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Digging deep
29 Aug 2013

The farce that has been the suspension, end of suspension and re-suspension of Stuart Hyde this week illustrates the kind of mess that can result in a police and crime commissioner (PCC) floundering in the legislation governing chief constable scrutiny.

It has been quite comical as staff in the office sought answers to key questions about the matter. Only it is not funny when the PCC has caused almost half a million pounds to be spent on dealing with the allegations. How can so much be spent on an investigation, legal advice and seconding another force’s chief officer when the matter is deemed not to amount to misconduct?

After a seven month investigation, using officers and staff whose time has been costed at more than £134,000 plus expenses, Richard Rhodes has ignored its recommendations, and even failed to publish the report for the public to see; his office recommended we submit a Freedom of Information request. This would appear neither transparent, nor accountable governing.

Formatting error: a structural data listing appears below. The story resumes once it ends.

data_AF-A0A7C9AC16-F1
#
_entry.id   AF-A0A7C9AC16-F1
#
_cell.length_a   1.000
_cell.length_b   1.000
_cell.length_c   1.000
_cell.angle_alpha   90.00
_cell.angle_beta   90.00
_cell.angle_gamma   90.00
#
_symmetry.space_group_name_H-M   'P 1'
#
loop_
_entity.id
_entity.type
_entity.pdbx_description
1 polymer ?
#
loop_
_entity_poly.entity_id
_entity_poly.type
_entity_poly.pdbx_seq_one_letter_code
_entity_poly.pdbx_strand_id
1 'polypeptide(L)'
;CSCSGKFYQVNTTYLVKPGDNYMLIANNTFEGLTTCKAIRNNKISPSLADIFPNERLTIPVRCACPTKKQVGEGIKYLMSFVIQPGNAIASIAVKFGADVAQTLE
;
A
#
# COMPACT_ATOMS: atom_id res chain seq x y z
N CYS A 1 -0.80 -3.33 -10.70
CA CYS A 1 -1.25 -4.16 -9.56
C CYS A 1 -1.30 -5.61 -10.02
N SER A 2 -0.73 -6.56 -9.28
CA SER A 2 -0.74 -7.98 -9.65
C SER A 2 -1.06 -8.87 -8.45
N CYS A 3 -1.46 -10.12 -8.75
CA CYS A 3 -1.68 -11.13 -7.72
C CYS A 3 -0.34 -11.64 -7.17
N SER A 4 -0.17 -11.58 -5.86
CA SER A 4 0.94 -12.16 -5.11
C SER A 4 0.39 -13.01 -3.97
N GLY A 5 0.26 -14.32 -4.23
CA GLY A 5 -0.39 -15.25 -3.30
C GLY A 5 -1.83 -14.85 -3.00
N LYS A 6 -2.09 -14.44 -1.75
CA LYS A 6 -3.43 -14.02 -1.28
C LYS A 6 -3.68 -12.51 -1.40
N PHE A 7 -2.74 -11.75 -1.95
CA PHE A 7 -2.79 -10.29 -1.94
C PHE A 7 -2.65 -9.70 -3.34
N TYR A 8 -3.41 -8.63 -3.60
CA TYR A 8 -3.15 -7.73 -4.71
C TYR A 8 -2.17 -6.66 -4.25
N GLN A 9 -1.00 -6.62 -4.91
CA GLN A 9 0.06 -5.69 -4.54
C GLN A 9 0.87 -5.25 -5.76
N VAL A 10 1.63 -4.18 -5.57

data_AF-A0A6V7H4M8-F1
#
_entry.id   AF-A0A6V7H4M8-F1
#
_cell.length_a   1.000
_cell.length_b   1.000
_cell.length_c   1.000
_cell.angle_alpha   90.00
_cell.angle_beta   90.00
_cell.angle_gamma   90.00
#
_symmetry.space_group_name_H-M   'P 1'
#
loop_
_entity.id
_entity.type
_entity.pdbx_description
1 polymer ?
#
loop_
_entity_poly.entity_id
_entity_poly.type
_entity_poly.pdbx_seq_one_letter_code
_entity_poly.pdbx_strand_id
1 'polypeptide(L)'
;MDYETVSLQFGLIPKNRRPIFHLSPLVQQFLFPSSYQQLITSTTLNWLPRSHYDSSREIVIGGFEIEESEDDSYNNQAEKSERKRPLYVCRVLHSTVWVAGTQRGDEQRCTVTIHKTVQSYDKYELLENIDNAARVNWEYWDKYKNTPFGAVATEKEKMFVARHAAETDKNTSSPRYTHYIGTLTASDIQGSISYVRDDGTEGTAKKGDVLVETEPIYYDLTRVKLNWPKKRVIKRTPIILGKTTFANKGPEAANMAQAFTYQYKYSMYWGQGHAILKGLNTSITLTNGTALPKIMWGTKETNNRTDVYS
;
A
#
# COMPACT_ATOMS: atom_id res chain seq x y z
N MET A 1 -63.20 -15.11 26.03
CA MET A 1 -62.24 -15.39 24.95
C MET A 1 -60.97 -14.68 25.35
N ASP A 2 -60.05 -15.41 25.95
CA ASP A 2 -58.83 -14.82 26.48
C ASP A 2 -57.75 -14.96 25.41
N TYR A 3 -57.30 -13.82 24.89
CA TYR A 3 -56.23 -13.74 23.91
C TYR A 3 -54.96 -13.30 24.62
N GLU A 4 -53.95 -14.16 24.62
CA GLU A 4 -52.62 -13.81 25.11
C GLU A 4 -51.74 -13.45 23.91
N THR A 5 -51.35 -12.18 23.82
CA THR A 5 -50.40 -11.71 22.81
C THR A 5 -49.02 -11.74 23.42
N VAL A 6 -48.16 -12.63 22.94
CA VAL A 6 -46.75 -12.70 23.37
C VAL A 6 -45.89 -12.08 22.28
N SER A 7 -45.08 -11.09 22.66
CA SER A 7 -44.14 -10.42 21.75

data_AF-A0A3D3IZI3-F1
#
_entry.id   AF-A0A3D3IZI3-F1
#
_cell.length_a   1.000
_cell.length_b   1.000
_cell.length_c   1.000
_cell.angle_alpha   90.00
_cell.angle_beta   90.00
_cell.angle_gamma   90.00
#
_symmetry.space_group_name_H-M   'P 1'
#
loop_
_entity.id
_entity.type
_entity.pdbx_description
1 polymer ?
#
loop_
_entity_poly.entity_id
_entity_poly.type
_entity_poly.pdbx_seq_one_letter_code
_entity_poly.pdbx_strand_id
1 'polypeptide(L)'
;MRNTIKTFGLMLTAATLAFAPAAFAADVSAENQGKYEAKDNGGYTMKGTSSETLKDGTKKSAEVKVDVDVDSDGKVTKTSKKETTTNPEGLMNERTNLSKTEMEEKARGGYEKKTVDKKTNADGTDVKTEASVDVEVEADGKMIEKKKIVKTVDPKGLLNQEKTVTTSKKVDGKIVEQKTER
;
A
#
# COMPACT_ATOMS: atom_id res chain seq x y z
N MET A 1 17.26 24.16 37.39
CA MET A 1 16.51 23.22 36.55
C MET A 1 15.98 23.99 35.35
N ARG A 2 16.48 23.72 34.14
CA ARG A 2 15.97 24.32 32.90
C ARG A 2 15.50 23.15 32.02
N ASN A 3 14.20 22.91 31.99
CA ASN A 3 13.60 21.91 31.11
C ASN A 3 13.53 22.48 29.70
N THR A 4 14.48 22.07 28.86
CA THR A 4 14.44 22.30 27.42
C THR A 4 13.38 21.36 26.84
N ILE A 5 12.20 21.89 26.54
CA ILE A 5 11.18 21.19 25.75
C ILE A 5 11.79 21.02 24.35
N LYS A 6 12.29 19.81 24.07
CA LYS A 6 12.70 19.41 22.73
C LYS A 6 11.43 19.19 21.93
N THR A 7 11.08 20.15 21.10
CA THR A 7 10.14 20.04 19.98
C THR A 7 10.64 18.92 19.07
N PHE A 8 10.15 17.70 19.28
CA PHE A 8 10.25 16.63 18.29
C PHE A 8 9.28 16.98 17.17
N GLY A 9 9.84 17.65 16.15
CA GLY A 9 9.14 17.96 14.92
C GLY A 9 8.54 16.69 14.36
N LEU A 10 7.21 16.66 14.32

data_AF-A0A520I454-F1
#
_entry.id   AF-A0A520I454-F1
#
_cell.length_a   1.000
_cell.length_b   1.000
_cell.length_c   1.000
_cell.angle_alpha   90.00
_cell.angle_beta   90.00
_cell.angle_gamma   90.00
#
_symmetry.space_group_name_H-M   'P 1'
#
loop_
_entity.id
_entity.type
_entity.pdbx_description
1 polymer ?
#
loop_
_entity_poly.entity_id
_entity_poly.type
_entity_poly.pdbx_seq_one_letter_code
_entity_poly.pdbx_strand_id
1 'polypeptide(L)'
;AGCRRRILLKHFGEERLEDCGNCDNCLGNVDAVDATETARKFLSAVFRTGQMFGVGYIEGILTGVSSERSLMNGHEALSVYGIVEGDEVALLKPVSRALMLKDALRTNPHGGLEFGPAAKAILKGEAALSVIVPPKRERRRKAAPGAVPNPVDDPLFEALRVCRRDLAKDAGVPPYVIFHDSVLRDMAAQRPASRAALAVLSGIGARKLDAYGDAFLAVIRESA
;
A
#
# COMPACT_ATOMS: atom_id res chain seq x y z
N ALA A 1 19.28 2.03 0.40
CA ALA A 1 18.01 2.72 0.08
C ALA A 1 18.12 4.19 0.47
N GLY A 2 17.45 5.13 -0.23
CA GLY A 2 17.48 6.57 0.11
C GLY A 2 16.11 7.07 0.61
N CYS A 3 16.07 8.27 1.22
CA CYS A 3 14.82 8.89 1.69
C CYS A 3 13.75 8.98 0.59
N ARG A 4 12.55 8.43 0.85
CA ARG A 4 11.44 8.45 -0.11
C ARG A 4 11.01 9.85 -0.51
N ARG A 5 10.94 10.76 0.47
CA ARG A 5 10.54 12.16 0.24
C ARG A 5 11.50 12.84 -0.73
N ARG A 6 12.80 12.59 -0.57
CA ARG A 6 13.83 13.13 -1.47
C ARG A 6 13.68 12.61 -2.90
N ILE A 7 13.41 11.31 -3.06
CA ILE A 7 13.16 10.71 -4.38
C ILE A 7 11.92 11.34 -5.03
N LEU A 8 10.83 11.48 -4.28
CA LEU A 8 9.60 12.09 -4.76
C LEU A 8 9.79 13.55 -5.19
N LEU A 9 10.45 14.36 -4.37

As Richard Rhodes no longer has jurisdiction over Mr Hyde after August 30, when his tenure as temporary chief constable ends and he reverts to deputy chief constable, surely he must return in his substantial role. It will then be for the chief constable, Bernard Lawson, to decide on the next procedure.

So why did Mr Rhodes suspend him again on Friday and instigate Section 38 of the Police Reform and Social Responsibility Act proceedings, seeking his resignation or retirement, knowing that was the case? The procedure takes at least six weeks to run.

As Police Professional goes to press,the chief executive of the PCC’s office and Stuart Hyde can’t say what will happen this Friday when Mr Hyde should presumably walk back into his office.

Richard Rhodes has released statements on his website that appear to contradict each other and he won’t come to the phone to explain his decision. Once again a PCC has managed to create the perception that he is not in control but is spending a fortune digging a bigger hole in which someone will have to lie.

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